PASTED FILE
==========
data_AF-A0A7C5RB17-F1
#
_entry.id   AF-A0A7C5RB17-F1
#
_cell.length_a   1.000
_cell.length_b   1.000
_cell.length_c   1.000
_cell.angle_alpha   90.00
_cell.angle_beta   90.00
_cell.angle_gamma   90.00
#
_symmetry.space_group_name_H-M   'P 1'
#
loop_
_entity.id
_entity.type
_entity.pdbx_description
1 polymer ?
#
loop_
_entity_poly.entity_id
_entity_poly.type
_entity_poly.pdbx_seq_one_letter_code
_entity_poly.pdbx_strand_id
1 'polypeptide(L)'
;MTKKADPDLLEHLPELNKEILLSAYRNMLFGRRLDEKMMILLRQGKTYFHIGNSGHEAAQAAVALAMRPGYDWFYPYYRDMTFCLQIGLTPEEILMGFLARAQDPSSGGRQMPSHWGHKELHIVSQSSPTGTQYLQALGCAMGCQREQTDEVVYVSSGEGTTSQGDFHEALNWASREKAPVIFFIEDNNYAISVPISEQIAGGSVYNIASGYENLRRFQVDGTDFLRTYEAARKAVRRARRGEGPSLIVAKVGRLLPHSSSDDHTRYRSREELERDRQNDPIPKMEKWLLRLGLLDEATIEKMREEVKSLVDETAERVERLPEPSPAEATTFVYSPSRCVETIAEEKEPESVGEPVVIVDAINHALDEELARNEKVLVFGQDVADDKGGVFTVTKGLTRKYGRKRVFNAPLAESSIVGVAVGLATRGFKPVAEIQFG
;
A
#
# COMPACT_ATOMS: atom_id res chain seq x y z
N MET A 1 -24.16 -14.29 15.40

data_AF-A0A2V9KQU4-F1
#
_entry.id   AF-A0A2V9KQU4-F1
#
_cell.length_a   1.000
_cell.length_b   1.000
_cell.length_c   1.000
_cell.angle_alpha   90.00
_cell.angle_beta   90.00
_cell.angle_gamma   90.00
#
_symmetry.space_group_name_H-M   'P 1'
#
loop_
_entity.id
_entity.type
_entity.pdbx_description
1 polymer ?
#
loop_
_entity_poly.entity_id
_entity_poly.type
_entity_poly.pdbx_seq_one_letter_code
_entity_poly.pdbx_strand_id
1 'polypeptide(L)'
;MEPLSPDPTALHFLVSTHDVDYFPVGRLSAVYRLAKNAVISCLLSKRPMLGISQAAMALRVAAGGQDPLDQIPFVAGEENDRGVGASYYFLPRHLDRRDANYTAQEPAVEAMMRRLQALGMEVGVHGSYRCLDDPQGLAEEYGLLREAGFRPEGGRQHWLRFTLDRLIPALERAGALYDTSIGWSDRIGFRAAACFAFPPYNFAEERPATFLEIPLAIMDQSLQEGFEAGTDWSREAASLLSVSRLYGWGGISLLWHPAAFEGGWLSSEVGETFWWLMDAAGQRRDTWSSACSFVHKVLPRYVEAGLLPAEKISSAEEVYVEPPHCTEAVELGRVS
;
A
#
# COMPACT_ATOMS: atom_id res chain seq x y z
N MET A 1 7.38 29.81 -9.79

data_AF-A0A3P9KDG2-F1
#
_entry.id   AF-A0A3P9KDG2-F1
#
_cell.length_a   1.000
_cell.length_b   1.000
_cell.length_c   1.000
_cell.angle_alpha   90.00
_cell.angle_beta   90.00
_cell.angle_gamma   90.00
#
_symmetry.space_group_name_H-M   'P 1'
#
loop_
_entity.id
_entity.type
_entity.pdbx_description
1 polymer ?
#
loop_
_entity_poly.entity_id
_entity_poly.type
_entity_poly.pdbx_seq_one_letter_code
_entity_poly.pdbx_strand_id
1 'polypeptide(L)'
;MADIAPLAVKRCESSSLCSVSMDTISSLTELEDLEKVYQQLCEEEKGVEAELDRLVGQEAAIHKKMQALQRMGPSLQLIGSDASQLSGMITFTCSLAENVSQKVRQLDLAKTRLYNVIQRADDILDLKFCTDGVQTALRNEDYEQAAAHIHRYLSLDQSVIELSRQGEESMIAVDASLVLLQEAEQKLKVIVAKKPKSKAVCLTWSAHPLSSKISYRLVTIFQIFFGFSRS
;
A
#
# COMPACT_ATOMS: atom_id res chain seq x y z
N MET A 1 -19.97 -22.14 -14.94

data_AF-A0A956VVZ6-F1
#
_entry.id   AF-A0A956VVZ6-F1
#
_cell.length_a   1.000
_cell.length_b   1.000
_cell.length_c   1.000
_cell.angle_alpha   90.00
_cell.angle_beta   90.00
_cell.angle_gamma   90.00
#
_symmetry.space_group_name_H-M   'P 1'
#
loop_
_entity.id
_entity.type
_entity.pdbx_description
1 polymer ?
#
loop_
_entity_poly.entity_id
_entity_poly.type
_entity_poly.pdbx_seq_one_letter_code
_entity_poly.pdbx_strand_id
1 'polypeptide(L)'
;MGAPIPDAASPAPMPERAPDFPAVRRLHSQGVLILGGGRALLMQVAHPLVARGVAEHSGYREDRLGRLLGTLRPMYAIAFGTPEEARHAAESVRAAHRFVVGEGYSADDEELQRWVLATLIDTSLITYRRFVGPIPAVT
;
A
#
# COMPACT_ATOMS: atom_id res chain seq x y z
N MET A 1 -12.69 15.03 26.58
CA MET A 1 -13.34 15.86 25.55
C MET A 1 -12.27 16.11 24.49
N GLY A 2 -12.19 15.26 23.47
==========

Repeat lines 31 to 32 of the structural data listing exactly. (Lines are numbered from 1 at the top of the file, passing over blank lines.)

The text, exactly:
N MET A 1 -24.16 -14.29 15.40

data_AF-A0A2V9KQU4-F1